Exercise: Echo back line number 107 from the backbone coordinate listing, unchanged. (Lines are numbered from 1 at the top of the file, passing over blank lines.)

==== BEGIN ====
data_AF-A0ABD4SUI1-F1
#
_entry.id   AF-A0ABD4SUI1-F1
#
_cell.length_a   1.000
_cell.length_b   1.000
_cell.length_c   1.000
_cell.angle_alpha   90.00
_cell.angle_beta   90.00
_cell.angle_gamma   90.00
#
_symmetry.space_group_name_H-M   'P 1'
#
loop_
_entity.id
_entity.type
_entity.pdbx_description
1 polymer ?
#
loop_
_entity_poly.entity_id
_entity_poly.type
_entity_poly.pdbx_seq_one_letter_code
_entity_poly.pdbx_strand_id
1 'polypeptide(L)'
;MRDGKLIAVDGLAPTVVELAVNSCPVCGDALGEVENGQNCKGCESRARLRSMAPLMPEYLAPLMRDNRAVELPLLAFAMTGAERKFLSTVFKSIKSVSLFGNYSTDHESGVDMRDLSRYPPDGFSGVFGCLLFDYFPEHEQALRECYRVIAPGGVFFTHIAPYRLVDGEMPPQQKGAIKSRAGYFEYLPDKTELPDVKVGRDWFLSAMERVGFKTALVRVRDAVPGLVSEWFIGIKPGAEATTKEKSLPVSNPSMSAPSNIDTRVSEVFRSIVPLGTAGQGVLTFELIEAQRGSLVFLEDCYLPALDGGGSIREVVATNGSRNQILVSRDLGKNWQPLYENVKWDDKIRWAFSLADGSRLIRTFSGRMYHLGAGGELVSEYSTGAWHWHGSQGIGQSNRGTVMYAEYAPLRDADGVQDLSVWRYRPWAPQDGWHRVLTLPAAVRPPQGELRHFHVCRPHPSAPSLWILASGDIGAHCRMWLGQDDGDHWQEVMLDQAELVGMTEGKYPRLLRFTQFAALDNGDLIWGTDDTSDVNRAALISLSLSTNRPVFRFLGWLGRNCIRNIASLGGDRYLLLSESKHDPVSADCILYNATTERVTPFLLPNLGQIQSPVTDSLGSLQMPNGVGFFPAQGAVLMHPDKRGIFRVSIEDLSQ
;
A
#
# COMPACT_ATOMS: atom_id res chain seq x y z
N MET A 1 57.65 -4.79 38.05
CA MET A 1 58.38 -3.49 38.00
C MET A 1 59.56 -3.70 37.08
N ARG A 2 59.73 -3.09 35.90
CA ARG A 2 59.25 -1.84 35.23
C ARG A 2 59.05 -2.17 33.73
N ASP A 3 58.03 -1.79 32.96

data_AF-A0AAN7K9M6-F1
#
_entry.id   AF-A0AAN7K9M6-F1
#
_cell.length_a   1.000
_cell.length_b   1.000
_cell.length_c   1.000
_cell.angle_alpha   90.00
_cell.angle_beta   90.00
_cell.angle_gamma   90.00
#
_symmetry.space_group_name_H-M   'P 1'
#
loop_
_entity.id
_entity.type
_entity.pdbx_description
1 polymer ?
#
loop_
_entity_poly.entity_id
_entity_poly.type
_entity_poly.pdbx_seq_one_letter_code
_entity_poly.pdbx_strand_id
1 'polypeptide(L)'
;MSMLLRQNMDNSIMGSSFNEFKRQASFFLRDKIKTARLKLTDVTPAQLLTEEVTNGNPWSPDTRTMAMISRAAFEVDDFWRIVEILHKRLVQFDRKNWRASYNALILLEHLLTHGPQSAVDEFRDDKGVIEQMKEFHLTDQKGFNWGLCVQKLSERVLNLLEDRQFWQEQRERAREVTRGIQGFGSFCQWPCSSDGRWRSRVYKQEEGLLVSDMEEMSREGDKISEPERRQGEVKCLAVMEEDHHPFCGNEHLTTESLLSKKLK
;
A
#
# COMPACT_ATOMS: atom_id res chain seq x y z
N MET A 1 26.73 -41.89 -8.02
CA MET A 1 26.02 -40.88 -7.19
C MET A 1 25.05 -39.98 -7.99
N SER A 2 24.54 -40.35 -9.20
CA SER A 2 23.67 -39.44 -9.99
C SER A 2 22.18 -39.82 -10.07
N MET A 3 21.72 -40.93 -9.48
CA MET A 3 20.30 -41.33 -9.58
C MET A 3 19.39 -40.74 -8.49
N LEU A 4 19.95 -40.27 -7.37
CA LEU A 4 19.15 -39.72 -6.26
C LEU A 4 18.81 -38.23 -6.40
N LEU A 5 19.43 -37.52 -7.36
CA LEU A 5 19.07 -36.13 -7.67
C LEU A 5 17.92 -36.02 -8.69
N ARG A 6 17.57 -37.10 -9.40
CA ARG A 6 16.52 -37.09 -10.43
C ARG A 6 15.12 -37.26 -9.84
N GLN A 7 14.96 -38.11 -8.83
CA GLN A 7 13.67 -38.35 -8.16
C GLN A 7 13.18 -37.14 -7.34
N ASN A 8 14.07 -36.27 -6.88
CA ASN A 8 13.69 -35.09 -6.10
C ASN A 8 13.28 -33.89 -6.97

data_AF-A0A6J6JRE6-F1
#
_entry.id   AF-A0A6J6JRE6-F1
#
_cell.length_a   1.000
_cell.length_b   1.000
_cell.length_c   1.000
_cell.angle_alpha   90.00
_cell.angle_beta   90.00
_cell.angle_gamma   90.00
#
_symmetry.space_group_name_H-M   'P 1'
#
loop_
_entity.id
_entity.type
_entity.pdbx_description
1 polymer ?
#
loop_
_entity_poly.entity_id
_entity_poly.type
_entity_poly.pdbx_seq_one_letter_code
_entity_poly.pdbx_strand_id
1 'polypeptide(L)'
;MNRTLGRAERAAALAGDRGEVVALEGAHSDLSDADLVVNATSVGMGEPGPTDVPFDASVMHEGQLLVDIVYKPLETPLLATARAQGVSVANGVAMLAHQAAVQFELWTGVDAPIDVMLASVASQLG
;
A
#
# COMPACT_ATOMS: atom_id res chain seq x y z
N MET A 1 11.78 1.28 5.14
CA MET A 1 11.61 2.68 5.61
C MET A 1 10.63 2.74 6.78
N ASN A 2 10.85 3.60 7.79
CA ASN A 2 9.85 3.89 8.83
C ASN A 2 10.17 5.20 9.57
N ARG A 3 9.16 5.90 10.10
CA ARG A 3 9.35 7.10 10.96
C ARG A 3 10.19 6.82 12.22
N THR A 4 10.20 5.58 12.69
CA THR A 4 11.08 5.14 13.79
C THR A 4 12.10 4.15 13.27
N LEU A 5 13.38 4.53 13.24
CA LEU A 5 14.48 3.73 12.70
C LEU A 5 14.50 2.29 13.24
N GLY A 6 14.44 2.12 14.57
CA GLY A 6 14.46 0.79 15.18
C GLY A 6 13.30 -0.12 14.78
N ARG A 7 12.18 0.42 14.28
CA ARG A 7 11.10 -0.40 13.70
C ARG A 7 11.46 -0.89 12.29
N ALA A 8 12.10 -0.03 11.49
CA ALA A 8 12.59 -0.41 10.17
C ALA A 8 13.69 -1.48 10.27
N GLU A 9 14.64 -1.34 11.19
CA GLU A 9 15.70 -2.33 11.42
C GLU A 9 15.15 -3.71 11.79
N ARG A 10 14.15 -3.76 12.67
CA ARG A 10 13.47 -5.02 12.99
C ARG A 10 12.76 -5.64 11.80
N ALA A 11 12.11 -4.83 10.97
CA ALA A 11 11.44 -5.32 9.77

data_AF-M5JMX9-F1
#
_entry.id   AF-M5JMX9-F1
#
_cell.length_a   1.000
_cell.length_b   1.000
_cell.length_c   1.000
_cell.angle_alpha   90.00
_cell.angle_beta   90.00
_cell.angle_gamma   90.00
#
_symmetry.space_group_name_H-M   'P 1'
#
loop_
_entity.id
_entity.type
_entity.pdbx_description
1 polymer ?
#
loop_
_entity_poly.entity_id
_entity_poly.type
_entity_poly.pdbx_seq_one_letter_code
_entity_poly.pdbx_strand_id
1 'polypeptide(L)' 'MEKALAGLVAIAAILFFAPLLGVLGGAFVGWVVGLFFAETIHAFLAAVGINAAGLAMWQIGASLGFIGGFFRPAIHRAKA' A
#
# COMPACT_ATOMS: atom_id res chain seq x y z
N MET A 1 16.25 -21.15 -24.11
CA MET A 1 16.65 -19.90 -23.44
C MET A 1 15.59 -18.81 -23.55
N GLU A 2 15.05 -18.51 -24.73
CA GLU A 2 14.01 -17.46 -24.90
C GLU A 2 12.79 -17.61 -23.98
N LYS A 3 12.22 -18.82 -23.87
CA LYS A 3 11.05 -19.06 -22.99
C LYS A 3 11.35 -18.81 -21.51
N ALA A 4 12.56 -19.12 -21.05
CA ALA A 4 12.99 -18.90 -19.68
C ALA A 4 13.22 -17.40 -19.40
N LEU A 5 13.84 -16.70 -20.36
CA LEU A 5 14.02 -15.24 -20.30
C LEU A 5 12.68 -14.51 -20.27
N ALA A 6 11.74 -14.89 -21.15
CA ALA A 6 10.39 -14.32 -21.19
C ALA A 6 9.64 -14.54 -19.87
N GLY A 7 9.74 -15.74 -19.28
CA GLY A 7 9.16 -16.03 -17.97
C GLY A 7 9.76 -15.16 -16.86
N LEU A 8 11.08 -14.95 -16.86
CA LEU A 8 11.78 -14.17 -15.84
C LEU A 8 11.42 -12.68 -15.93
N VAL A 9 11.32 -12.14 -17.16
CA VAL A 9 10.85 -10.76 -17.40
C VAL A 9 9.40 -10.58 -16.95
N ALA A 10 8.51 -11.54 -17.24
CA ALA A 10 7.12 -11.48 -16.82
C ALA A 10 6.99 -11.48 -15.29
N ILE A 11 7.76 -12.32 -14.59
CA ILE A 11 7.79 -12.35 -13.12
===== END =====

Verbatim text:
_entity.type